(203ah) Utilization of Molecular Signature Descriptors for the Generation of Candidate Reactant Structures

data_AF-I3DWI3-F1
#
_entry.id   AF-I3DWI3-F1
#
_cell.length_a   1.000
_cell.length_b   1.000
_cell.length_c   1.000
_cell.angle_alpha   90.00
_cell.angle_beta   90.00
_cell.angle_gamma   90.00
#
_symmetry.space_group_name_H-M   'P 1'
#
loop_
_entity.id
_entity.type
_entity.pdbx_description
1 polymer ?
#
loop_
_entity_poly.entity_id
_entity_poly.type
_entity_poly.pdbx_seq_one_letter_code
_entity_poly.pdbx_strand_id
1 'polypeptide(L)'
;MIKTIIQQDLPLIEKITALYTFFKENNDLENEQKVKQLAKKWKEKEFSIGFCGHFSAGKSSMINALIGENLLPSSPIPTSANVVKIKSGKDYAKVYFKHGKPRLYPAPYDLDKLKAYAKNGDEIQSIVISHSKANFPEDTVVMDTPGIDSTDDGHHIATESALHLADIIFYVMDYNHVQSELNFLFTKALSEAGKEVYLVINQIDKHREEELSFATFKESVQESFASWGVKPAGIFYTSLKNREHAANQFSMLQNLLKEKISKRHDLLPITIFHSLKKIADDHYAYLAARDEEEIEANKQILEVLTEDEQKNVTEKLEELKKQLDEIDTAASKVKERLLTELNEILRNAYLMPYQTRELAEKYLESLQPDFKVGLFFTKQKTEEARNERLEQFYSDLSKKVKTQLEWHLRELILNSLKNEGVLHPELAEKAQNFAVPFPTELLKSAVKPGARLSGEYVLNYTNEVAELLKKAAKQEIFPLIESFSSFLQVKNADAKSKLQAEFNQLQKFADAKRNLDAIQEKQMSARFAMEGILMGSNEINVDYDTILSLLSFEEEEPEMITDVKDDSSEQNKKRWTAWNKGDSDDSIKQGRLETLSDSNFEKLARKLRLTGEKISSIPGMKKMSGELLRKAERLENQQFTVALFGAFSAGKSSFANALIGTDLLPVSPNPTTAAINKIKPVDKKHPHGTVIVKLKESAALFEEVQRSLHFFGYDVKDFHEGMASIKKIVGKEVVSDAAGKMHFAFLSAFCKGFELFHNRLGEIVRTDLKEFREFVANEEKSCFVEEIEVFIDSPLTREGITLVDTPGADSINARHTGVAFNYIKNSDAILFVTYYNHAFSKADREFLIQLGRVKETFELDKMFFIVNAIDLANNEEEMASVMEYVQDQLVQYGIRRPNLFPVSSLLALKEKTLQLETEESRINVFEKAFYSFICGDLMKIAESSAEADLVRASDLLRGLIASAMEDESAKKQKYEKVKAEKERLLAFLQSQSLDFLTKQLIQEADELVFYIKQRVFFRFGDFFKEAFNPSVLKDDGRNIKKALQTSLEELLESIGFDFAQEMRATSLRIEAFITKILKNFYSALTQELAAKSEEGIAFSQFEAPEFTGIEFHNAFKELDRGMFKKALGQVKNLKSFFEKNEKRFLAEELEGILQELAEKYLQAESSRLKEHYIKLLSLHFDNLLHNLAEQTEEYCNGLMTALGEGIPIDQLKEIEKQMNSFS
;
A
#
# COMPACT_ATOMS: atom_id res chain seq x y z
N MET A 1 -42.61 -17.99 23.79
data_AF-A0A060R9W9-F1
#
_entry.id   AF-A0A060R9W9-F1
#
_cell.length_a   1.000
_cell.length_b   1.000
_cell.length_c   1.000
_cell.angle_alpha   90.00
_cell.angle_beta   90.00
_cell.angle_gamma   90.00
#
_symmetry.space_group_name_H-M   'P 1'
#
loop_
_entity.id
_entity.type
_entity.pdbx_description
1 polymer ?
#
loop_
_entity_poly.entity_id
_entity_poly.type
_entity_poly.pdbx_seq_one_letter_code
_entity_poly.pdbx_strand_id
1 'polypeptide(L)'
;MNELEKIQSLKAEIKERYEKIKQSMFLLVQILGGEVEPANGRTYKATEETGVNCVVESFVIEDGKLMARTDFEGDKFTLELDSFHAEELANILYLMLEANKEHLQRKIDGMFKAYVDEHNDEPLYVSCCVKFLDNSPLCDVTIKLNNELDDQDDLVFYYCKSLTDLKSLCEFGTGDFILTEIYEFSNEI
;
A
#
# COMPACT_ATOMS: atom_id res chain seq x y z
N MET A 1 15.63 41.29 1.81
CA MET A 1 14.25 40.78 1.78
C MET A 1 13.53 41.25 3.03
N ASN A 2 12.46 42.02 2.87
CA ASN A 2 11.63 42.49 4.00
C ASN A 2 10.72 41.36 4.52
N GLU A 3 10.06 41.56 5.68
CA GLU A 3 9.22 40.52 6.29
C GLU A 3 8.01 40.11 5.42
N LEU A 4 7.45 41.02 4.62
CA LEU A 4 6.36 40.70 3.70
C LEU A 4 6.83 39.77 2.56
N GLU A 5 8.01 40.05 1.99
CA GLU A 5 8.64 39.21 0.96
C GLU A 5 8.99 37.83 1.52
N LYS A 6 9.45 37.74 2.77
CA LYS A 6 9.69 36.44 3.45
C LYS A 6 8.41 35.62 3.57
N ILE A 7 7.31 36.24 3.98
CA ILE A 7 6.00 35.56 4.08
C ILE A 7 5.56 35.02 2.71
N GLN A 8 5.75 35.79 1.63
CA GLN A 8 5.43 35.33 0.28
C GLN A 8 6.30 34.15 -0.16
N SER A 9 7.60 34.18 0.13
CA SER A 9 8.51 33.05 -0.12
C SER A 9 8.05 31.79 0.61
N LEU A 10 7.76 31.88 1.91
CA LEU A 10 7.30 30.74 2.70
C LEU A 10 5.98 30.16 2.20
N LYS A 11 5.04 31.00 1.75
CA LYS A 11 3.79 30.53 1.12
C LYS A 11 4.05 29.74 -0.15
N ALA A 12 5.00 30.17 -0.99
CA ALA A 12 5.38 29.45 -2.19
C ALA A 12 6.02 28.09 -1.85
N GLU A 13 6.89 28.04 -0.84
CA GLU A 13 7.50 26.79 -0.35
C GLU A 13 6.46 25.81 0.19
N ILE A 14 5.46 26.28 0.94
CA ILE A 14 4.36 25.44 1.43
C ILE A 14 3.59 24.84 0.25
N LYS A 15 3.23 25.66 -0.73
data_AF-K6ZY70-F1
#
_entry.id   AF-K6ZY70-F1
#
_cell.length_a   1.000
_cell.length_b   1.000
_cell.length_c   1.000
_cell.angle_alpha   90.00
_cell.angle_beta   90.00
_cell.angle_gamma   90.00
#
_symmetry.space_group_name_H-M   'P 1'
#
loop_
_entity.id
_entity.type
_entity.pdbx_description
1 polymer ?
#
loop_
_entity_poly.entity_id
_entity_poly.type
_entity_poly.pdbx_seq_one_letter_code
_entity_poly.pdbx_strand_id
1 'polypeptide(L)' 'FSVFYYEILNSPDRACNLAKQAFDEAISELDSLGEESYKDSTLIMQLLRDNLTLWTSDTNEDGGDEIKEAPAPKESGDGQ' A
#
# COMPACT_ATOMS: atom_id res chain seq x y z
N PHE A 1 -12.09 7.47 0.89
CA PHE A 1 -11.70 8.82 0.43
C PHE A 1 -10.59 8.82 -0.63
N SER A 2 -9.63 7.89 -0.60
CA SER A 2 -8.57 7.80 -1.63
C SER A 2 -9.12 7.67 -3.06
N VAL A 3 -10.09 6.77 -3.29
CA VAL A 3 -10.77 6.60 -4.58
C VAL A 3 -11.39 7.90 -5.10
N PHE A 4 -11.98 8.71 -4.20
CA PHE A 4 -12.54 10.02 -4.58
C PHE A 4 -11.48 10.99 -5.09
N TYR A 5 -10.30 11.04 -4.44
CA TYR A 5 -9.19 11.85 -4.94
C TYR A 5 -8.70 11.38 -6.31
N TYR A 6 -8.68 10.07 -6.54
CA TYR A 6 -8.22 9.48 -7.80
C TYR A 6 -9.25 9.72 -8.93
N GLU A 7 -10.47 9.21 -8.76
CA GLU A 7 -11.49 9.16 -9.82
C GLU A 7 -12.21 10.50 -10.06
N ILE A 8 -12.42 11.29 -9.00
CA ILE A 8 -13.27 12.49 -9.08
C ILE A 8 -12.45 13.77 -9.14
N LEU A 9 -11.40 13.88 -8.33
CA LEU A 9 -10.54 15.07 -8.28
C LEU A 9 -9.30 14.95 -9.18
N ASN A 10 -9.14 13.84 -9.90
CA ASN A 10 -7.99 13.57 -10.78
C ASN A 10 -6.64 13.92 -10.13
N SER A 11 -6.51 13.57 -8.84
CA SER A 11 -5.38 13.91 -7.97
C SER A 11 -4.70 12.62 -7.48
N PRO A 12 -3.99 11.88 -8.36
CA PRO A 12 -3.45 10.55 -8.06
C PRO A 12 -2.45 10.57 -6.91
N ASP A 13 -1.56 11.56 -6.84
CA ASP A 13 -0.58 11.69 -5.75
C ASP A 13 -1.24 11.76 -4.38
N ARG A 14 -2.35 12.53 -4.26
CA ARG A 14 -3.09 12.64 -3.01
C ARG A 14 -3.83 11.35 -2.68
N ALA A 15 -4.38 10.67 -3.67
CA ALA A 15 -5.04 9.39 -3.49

Maximization of process efficiency through the selection of optimal chemicals has been one of the highlights of recent process design methods that include product design considerations in their algorithms. These integrated process and product design techniques are exhaustive as they do not commit to a specific chemical component until the final step. These techniques, however, are limited to non-reactive systems. A property based algorithm focusing on the product/molecular design aspects in reactive systems in which all reactants are unknown is introduced in this work. The product of the reaction is constrained by property bounds arising from the process to ensure the optimality of the process. An optimization problem is formulated to select the chemical structures that satisfy the property bounds and have the best dominant property. Molecular design is performed by utilizing the recently developed molecular signature descriptors. The molecular signature of a molecule is the systematic coding of constituent atoms that represents the extended valencies of the atoms to a pre-defined height. The signature of a molecule can be expressed as a linear combination of its atomic signatures . Molecular signatures can assist in tracking the changes in the structure of a molecule due to reactions in the system . This is achieved by generating atomic signatures for the target products through the knowledge of their general structural formula. Different qualitative structure activity/property relationships (QSARs/QSPRs) have been applied in the developed algorithm to estimate properties from the molecular structure. QSARs/QSPRs can be expressed in terms of different topological indices while the topological indices of molecules can be represented in terms of molecular signature descriptors . Thus the target properties have been related to the signatures. In the developed method, the problem is formulated in terms of the number of occurrences of each signature, i.e. the number of times each signature appears in the molecular structure. This allows for the dominant property and the associated property constraints to be expressed in terms of the number of occurrences of the signatures in the product molecule. After identifying the occurrence values, the molecular structure of the reaction product is generated using the algorithm developed by N.G. Chemmangattuvalappil . Next, from the chemical equation, the structure of the reactants is determined by considering the appropriate addition and/or removal of groups. Thus, candidate reactant structures can be generated irrespective of the type and number of reactions as the introduced algorithm focuses on the design of products first and then uses the chemical equations to identify the reactant structures. Safety and environmental constraints can also be considered in the set of property constraints. Graph theory principles have been utilized to track the signatures and to avoid the generation of infeasible molecular structures. This contribution will illustrate the developed methods and highlight their use through a case study.
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